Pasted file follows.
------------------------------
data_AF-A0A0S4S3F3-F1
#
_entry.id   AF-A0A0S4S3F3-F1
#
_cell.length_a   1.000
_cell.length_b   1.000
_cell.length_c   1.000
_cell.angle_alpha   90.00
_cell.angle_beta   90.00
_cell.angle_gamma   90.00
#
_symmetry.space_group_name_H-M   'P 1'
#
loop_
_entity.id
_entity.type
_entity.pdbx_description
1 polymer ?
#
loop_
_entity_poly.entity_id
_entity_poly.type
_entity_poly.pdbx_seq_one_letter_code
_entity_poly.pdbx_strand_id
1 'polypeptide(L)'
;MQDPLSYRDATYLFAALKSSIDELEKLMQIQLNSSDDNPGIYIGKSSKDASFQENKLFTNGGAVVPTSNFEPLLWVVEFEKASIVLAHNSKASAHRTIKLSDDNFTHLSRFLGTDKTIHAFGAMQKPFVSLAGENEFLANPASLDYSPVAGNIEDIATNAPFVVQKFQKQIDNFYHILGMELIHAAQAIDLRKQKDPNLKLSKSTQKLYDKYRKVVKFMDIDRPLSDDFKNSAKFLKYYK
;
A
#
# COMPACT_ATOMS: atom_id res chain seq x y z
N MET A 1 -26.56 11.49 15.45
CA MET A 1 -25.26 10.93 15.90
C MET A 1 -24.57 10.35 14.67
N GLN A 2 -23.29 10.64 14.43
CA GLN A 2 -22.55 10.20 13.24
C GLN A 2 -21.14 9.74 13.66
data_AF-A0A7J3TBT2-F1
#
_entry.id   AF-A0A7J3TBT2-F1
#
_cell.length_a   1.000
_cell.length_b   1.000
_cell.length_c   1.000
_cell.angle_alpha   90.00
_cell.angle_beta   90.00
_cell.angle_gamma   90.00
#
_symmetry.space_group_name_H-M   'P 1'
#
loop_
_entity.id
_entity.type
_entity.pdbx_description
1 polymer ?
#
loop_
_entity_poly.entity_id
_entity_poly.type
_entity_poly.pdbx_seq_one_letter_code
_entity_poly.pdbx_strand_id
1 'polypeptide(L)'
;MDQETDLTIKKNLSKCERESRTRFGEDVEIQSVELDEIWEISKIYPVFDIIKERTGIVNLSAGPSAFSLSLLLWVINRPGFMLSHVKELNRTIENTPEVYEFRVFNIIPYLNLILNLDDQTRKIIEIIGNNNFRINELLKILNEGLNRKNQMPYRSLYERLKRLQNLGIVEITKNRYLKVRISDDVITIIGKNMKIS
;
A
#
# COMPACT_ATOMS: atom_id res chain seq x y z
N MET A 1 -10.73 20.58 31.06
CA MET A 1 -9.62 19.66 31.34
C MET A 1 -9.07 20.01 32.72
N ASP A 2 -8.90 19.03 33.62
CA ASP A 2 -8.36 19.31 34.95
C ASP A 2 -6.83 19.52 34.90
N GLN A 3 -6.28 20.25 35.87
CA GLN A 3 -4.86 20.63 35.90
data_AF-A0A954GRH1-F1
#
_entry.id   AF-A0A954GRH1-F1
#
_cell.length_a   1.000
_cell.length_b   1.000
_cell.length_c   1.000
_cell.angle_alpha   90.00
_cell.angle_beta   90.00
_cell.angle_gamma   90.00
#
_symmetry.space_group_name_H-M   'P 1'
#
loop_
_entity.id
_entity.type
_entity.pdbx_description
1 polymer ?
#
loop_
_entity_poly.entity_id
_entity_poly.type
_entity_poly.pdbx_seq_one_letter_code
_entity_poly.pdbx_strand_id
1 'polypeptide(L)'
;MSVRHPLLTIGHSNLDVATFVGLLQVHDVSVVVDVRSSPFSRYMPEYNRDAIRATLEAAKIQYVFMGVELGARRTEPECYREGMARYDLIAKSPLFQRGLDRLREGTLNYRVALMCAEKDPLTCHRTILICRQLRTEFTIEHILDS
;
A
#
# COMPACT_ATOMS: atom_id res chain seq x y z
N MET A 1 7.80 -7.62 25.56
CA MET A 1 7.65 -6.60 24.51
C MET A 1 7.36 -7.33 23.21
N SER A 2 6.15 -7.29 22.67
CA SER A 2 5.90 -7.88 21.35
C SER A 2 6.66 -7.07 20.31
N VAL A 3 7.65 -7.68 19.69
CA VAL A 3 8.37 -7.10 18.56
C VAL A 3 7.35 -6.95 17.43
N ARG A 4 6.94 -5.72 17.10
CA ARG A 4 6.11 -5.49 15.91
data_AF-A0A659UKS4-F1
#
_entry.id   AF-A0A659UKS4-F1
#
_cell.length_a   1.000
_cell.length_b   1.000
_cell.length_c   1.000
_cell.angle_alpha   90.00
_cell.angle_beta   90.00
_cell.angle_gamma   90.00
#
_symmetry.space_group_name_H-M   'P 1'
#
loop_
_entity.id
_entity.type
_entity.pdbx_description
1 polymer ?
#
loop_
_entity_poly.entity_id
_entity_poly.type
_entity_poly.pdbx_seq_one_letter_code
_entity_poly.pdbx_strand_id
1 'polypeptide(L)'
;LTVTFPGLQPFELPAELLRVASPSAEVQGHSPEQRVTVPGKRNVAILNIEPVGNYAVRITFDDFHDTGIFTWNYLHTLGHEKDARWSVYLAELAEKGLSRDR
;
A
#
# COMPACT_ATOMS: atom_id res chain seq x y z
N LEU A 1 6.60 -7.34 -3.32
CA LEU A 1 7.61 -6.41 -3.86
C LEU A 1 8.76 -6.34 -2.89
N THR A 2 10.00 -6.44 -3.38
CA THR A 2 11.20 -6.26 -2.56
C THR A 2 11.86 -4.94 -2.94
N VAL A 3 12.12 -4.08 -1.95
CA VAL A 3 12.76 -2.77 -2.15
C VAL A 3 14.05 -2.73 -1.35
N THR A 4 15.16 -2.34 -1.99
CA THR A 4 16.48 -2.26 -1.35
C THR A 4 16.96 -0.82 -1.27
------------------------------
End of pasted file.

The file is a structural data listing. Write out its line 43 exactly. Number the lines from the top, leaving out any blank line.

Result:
_cell.length_c   1.000